- “Advocacy as a Powerful Tool” – Paid staff are always spokespeople. No matter how sincerely they believe in the organization’s cause, it’s their job to support it. Volunteers, however, can be advocates. They can speak out and be heard in more effective ways because (most of the time) they do not personally benefit from the outcome. If your organization is not doing everything possible to, first, make sure that all current volunteers are your well-informed ambassadors and, then, recruit activists who want to fight the good fight, you’re simply missing the boat.
As I write this Hot Topic, I am deeply concerned at what is going on politically and socially in the United States right now. Overnight we have changed direction in a way that threatens many of the causes I consider fundamental. Marching and public protest are core activist tactics. But, the true potential for volunteerism is that many people are looking for how they can have a voice and affect decisions to come. Organizations that can capture this desire to make a difference will come through the next four years with strength and support beyond anything they’ve seen before.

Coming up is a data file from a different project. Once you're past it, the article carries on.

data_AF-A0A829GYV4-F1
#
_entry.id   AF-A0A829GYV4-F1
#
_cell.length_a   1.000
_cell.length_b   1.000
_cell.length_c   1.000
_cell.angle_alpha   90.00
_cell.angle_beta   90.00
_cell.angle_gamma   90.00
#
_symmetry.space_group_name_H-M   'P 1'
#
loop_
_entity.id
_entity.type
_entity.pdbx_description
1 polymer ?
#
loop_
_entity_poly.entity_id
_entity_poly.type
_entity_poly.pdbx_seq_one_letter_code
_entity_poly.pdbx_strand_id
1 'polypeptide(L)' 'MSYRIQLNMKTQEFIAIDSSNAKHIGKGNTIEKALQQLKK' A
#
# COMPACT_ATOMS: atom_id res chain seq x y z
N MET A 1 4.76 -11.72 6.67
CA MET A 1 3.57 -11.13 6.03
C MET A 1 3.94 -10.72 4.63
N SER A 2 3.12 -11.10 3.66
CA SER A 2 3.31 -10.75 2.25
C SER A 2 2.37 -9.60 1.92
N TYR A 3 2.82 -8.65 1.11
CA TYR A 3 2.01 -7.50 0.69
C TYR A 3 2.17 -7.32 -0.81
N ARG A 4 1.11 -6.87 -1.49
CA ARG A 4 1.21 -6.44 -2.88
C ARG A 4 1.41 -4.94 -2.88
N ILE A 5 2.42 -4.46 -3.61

What are your predictions? What do you feel are the most likely changes we’ll see this year and where do volunteers fit in?
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Comments from Readers
Well written with very real challenges for us to, take advantage of the opportunities that lie in front of us within our volunteer pool. The potential to grow our programmes is very often internal not necessarily some external pool we need to hunt high and low for.
As I start 2017 I am going to seek advice from within. First by starting a small group of current volunteers to be my "think tank". I am hopeful they will come up with different solutions to some of the challenges I find within our programme.
Thanks, Christine! Glad that the post made you think in this direction. We can never have too many good minds thinking about important issues and volunteers do have a range of perspectives that are different from the paid staff.
Very interesting points you have noted , thankyou for posting . “I’ve made a couple of mistakes I’d like to do over.” by Jerry Coleman.